Puzzles are Good for Brain Development

Puzzles are Good for Brain Development

Dec 17, '211 comment

This week’s newsletter will focus on the benefits of puzzles for the developing brain of the child. Puzzles are easy to add to the classroom and can lead to hours of focused and fun learning.

Shape Puzzles
The first type of puzzle that adds an extra dimension of learning are puzzles that relate to shapes. Learning shapes in both a lesson on vocabulary and on learning what defines each of the individual polygons is an important part of the sensorial area’s curriculum. Because children learn best through tactile experiences that immerse them in a subject, inviting children to hold shaped puzzle pieces allows them to learn the shapes on a deeper level. 

For little hands, this wooden shape sorter is a perfect extension to the shape 

curriculum in the classroom. The wooden shapes are thick and help children count and trace the sides and angles and can learn the names of the shapes as they match the shaped blocks to the matching puzzle opening on the box.

When teaching the polygons, using the geometric cabinet in the sensorial area of the classroom is a great place to start. The geometric cabinets have an assortment of shapes to teach children the names of the polygons as well as drawers of different sized circles and rectangles.

Adding a multilayered nesting shape puzzle adds additional practice for children with the shapes of circles, triangles, squares, and pentagons. This puzzle allows children to observe the same shape in various sizes to reinforce the names and qualities of each individual shape. And for a fun extension, add this beautiful wooden mandala flower puzzle to the shelves in the classroom.

Practical Life Puzzles

While teaching the different parts of the practical life curriculum of the classroom, including puzzles on the shelf can be a great way to reinforce vocabulary learned through previous lessons. When discussing the topics of care for oneself, lessons should be given that relate to brushing hair, washing hands, and brushing teeth. Adding this knobbed puzzle can help children remember new vocabulary while using a pincer grip to grab the big wooden knobs.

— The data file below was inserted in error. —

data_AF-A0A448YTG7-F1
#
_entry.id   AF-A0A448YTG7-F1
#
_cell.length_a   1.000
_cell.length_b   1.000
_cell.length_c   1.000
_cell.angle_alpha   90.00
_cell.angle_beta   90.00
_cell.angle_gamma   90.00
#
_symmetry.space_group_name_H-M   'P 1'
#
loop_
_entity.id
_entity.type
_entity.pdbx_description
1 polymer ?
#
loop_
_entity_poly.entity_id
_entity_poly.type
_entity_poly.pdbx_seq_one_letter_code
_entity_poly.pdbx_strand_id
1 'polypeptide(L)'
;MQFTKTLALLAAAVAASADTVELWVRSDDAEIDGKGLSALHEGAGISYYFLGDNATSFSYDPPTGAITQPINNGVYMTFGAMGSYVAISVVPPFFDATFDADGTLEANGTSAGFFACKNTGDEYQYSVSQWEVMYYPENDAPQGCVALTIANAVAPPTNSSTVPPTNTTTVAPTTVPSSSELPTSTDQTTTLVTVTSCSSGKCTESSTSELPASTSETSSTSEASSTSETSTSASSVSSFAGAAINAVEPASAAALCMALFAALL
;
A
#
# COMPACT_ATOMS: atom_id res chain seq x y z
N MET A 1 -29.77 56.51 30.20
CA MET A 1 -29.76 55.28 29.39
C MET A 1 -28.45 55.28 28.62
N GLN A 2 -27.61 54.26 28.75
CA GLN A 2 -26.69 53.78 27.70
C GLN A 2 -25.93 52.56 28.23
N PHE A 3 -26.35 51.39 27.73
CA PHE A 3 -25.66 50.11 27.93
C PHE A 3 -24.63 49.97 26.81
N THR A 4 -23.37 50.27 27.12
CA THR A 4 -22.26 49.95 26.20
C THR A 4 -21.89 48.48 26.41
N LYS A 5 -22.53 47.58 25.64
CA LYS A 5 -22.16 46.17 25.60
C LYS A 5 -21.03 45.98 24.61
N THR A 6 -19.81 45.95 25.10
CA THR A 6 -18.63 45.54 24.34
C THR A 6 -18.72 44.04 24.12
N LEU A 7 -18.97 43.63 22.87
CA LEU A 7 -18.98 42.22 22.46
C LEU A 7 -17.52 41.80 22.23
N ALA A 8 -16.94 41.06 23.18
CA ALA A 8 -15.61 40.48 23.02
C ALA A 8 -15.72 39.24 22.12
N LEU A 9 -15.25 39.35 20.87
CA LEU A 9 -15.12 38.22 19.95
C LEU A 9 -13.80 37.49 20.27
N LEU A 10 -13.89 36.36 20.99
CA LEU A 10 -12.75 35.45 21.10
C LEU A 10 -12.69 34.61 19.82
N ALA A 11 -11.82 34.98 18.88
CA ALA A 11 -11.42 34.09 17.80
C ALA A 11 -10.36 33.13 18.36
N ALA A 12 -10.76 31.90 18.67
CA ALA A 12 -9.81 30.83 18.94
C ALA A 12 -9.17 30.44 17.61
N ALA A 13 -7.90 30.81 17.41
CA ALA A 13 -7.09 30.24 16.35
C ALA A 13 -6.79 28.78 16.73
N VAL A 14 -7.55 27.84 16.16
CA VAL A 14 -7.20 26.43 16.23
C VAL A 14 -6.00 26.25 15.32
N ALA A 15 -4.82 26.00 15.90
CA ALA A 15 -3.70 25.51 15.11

Puzzles teach children how to problem solve, lengthens their ability to focus and teaches them visual discrimination and special awareness. These puzzles about hardware tools and garden tools can be easily related to the practical curriculum of caring for the environment.

Mathematics Puzzles and Extensions

Do you have children practicing their numbers in the mathematics section of the classroom? Adding a number puzzle is a wonderful way to add an extension to this learning. As the children remove the pieces, they can trace the top of the number to reinforce learning the shape of the numerals from 0-9.

While children are learning about numbers in the mathematics area, it is important to teach them the concept of set making. This is typically taught first with the

spindle box, and can be expanded to include an object sorting element. With this wood sort and count lesson, children will practice both their sorting and categorizing skills as well as their counting skills.

This week’s worksheet includes counting practice. Simply use a stamp, stickers or even a marker to color in or mark the boxes with the value that corresponds to the proper numeral. 

Thank you for reading this week’s newsletter. At Montessori N’ Such, we want to hear from you. Feel free to reach out at any time with questions and comments. If there is something in particular you would like to see from Montessori N’ Such, let us know at  info@montessori-n-such.com


Comments (1)

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